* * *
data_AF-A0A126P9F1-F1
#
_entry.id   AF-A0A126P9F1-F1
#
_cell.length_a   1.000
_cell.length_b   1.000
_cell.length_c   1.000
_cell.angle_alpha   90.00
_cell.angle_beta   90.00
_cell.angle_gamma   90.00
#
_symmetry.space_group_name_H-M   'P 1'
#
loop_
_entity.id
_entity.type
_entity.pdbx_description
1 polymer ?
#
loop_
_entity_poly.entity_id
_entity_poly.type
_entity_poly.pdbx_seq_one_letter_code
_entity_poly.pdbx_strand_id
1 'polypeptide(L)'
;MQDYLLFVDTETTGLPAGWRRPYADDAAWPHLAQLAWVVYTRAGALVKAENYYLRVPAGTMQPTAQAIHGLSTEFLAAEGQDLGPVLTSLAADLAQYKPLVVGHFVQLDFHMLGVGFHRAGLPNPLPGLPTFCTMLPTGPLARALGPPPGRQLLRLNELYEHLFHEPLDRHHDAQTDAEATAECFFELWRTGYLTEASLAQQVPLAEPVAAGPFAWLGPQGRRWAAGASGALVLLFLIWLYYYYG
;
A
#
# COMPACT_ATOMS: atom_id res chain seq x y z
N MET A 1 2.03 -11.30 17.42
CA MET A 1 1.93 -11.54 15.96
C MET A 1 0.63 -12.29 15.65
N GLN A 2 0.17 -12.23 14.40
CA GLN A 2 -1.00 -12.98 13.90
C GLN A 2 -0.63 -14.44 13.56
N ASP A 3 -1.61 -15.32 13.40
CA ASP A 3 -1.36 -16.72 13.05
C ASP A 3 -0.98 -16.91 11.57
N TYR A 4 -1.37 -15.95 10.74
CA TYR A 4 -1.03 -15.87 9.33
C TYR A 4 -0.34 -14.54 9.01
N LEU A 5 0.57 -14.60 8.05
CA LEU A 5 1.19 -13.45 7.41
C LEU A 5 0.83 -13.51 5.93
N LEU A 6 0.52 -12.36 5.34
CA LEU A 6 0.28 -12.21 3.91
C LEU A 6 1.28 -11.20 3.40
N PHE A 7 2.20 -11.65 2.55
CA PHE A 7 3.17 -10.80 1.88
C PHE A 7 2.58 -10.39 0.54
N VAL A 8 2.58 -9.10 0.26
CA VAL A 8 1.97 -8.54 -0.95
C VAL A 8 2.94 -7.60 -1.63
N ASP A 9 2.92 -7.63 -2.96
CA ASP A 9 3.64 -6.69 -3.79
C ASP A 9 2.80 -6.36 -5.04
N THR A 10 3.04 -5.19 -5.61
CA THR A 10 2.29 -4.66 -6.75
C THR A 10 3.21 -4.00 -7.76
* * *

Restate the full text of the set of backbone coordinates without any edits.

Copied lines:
data_AF-A0A126P9F1-F1
#
_entry.id   AF-A0A126P9F1-F1
#
_cell.length_a   1.000
_cell.length_b   1.000
_cell.length_c   1.000
_cell.angle_alpha   90.00
_cell.angle_beta   90.00
_cell.angle_gamma   90.00
#
_symmetry.space_group_name_H-M   'P 1'
#
loop_
_entity.id
_entity.type
_entity.pdbx_description
1 polymer ?
#
loop_
_entity_poly.entity_id
_entity_poly.type
_entity_poly.pdbx_seq_one_letter_code
_entity_poly.pdbx_strand_id
1 'polypeptide(L)'
;MQDYLLFVDTETTGLPAGWRRPYADDAAWPHLAQLAWVVYTRAGALVKAENYYLRVPAGTMQPTAQAIHGLSTEFLAAEGQDLGPVLTSLAADLAQYKPLVVGHFVQLDFHMLGVGFHRAGLPNPLPGLPTFCTMLPTGPLARALGPPPGRQLLRLNELYEHLFHEPLDRHHDAQTDAEATAECFFELWRTGYLTEASLAQQVPLAEPVAAGPFAWLGPQGRRWAAGASGALVLLFLIWLYYYYG
;
A
#
# COMPACT_ATOMS: atom_id res chain seq x y z
N MET A 1 2.03 -11.30 17.42
CA MET A 1 1.93 -11.54 15.96
C MET A 1 0.63 -12.29 15.65
N GLN A 2 0.17 -12.23 14.40
CA GLN A 2 -1.00 -12.98 13.90
C GLN A 2 -0.63 -14.44 13.56
N ASP A 3 -1.61 -15.32 13.40
CA ASP A 3 -1.36 -16.72 13.05
C ASP A 3 -0.98 -16.91 11.57
N TYR A 4 -1.37 -15.95 10.74
CA TYR A 4 -1.03 -15.87 9.33
C TYR A 4 -0.34 -14.54 9.01
N LEU A 5 0.57 -14.60 8.05
CA LEU A 5 1.19 -13.45 7.41
C LEU A 5 0.83 -13.51 5.93
N LEU A 6 0.52 -12.36 5.34
CA LEU A 6 0.28 -12.21 3.91
C LEU A 6 1.28 -11.20 3.40
N PHE A 7 2.20 -11.65 2.55
CA PHE A 7 3.17 -10.80 1.88
C PHE A 7 2.58 -10.39 0.54
N VAL A 8 2.58 -9.10 0.26
CA VAL A 8 1.97 -8.54 -0.95
C VAL A 8 2.94 -7.60 -1.63
N ASP A 9 2.92 -7.63 -2.96
CA ASP A 9 3.64 -6.69 -3.79
C ASP A 9 2.80 -6.36 -5.04
N THR A 10 3.04 -5.19 -5.61
CA THR A 10 2.29 -4.66 -6.75
C THR A 10 3.21 -4.00 -7.76